for coming in. A slither of good news for those


caught up in the Houston flood... The US Environment Protection Agency


says it's found no major toxic materials emanating from a flooded


chemical plant in Texas. A power failure had led


to explosions and the release The concern over toxins is just one


knock-on from the floods which have now killed more than 35


in the State. Waters are now rising


in neighbouring Louisiana and Mississippi where more residents


are in peril. Gabriel Gatehouse has


been in downtown Houston The floodwaters vanished as fast as


they had come. In the heart of America's fourth-largest city, they


are just beginning to contemplates the aftermath of an unprecedented


storm. This sand here tells you the water was flowing right over this


busy intersection here in downtown Houston. If you look over the edge


of this bridge, you can see just how fast the water has fallen, but also


how high it still is. I was here. I watched the water come all the way


up there. What does it feel like to be back? Devastating. I'm just...


You know the water is strong but you never really, really know how strong


it is until you see what it does, the damage it can do. I'm seeing ice


machines, refrigerators that take three or four people to move, and it


looks like somebody stuck out their foot and flipped it like they were a


human being. What did you do? We all left. There was nothing I could do.


The power was already off in this area. Most of the power was off. I


took the advice of my boss. There is only so much... I'm a man, I can't


do more than that. This is in God's hands. Imagine the force required to


move this thing from where ever it has come from. It's got food in it


and everything. It's not often you get a chance to


walk down the middle of the motorway. This is one of the main


arteries into the city. Now dried riverbed that reveals debris,


expected fishing ground and strange creatures of the deep. The alligator


has been around for 100 million years or so. Parts of Huston are


still under water but downtown, posses of volunteers have began


cleaning up. This is like a once in 500 years flood. The water you can


see behind us was way past our head, six feet or more than will we are


now and we were not prepared for something like this. Being so close


to home, you are used to seeing this on the TV, now it's half a mile down


the street. Maybe it is the alligator that I wondered about


climate change, it politically charged topic especially in Trump's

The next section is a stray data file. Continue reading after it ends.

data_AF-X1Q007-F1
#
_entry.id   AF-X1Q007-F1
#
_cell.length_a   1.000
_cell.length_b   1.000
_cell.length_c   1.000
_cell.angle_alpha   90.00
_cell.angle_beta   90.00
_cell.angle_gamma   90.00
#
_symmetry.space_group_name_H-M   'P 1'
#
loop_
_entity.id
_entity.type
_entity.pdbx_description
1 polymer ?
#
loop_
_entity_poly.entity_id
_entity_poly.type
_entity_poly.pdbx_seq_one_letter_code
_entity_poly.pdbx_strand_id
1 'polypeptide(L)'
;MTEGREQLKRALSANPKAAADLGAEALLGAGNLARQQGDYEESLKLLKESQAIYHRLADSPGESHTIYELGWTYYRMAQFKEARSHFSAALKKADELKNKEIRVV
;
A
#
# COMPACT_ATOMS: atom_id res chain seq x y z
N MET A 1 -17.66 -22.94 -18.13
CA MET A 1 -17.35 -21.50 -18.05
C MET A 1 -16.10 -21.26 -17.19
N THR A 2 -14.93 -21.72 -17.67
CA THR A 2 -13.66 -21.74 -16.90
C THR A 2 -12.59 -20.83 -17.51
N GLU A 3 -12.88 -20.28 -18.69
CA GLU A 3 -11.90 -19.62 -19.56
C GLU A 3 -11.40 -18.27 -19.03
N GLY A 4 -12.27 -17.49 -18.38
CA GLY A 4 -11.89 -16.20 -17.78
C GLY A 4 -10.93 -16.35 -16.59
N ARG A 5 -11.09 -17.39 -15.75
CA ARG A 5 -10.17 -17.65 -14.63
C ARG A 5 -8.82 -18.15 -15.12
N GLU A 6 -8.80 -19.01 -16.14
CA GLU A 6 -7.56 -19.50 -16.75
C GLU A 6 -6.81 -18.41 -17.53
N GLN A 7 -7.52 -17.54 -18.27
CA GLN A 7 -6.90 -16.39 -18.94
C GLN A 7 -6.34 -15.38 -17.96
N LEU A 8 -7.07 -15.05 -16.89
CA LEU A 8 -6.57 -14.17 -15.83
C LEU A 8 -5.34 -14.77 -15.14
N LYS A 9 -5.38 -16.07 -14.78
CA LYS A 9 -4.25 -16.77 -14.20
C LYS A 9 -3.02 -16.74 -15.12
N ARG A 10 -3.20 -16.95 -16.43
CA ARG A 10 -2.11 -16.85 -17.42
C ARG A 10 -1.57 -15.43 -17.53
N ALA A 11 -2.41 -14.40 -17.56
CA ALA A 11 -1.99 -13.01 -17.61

America. I don't think you can attribute one weather event to


climate change but I like to think of it in two ways, either it is


happening or it is not and either we can do something about it and we


can't. And I think if there's a chance it's happening we as the


human race should do something to at least mitigate whatever it is we are


contributing. That is my take on it. We can make a difference, for us to


sit back and ignore it is dangerous. Most people are not really thinking


about climate change now. They are worrying about their homes or


businesses. Lacey this is a jazz club, Huston's greatest downtown


jazz club, we have live music every Saturday nights that blows people


away. So, you can see, we're trying to clean up and make it better, it's


going to be better when we come back. Come on in, it's dark, but


come on in. You can see how high the water got. All the way a particular.


They say, get the stuff of the floor, I figured it would not come


as high as the stage but it blew me away. It went way over the stage.


Oh, man. Is your piano still working? I'm going to let it dry


out. What was your reaction when you first came in here. Well, you know,


I swe, but I am a grown ass man. So I had to go with the flow. An


unfortunate choice of words. Texan grit and stoicism have been the


hallmarks of the response to the storm. Tens of thousands of people


have been made homeless but more are being evacuated every day, many have


ended up in this conference centre having lost everything they owned.


But for one young couple hurricane army has evoke memories of the storm


12 years ago. I lost my whole immediate family in Katrina. I was


the one who knew how to swim. You how old. I was nine, I was just


making ten years old, when the water came, there wasn't too much I could


do. I had to watch them drunk you know. And going through this it


really was more drama to me -- had to watch them drown. So I'm just


trying to get somewhere to stay, get my mind back because I still have


nightmares and stuff. When the storm came, we were having these


flashbacks of Katrina, we weren't thinking about grabbing this


grubbing about. All we were thinking is putting our instincts to work and


getting somewhere safe. They say that this storm was worse than


Katrina. That's not true. Although a lot of people have lost their homes,


and a few people passed... How they were treated and how we were treated


now, how we got treated them, you understand what I mean, there's a


big difference. In this storm they responded the perfect way that each


person in the United States of anyone else should act towards their


fellow person. Coming together like this, no problems, everybody getting


treated like family and loved by everybody, that's why everything is


so calm, so collected. 12 years ago it was the handling of the aftermath


that turned a terrible natural disaster into one of the darker


chapters in recent American history. So far it looks like the lessons of


hurricane Katrina have been learned but Harvey has been a devastating


storm and it is not over yet. Gabriel Gatehouse there in Houston


for us. One of the big hits of the summer